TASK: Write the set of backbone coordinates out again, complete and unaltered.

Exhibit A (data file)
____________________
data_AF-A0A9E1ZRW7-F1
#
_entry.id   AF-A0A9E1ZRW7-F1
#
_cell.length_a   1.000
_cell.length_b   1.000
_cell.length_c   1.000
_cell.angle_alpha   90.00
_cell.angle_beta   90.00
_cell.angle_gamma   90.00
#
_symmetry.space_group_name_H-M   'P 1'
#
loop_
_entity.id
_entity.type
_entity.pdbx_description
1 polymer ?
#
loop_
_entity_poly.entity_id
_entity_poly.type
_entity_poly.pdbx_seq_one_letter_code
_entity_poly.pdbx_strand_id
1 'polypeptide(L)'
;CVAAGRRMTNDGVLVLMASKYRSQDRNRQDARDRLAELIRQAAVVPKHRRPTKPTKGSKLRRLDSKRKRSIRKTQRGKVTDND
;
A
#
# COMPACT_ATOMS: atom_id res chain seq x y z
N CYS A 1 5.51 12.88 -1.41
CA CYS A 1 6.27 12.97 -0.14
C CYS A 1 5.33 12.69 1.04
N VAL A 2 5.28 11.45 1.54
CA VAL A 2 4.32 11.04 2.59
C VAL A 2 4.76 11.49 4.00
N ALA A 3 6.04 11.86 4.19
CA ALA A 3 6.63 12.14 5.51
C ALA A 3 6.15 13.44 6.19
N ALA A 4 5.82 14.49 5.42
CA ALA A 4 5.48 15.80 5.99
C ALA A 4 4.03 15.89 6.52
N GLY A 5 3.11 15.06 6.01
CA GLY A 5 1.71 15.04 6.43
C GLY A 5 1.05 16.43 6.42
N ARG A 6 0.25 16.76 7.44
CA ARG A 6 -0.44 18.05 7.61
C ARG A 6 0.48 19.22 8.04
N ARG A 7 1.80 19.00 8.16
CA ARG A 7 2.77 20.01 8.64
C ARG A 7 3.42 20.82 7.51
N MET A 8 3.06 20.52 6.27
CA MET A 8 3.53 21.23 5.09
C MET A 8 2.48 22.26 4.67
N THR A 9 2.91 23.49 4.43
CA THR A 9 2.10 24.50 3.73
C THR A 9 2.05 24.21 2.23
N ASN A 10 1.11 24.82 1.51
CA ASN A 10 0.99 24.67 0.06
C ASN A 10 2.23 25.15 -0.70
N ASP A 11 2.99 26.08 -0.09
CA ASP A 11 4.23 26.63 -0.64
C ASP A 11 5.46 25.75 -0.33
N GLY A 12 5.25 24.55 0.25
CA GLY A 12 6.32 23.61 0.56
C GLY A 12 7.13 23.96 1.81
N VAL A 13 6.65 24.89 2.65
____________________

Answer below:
data_AF-A0A9E1ZRW7-F1
#
_entry.id   AF-A0A9E1ZRW7-F1
#
_cell.length_a   1.000
_cell.length_b   1.000
_cell.length_c   1.000
_cell.angle_alpha   90.00
_cell.angle_beta   90.00
_cell.angle_gamma   90.00
#
_symmetry.space_group_name_H-M   'P 1'
#
loop_
_entity.id
_entity.type
_entity.pdbx_description
1 polymer ?
#
loop_
_entity_poly.entity_id
_entity_poly.type
_entity_poly.pdbx_seq_one_letter_code
_entity_poly.pdbx_strand_id
1 'polypeptide(L)'
;CVAAGRRMTNDGVLVLMASKYRSQDRNRQDARDRLAELIRQAAVVPKHRRPTKPTKGSKLRRLDSKRKRSIRKTQRGKVTDND
;
A
#
# COMPACT_ATOMS: atom_id res chain seq x y z
N CYS A 1 5.51 12.88 -1.41
CA CYS A 1 6.27 12.97 -0.14
C CYS A 1 5.33 12.69 1.04
N VAL A 2 5.28 11.45 1.54
CA VAL A 2 4.32 11.04 2.59
C VAL A 2 4.76 11.49 4.00
N ALA A 3 6.04 11.86 4.19
CA ALA A 3 6.63 12.14 5.51
C ALA A 3 6.15 13.44 6.19
N ALA A 4 5.82 14.49 5.42
CA ALA A 4 5.48 15.80 5.99
C ALA A 4 4.03 15.89 6.52
N GLY A 5 3.11 15.06 6.01
CA GLY A 5 1.71 15.04 6.43
C GLY A 5 1.05 16.43 6.42
N ARG A 6 0.25 16.76 7.44
CA ARG A 6 -0.44 18.05 7.61
C ARG A 6 0.48 19.22 8.04
N ARG A 7 1.80 19.00 8.16
CA ARG A 7 2.77 20.01 8.64
C ARG A 7 3.42 20.82 7.51
N MET A 8 3.06 20.52 6.27
CA MET A 8 3.53 21.23 5.09
C MET A 8 2.48 22.26 4.67
N THR A 9 2.91 23.49 4.43
CA THR A 9 2.10 24.50 3.73
C THR A 9 2.05 24.21 2.23
N ASN A 10 1.11 24.82 1.51
CA ASN A 10 0.99 24.67 0.06
C ASN A 10 2.23 25.15 -0.70
N ASP A 11 2.99 26.08 -0.09
CA ASP A 11 4.23 26.63 -0.64
C ASP A 11 5.46 25.75 -0.33
N GLY A 12 5.25 24.55 0.25
CA GLY A 12 6.32 23.61 0.56
C GLY A 12 7.13 23.96 1.81
N VAL A 13 6.65 24.89 2.65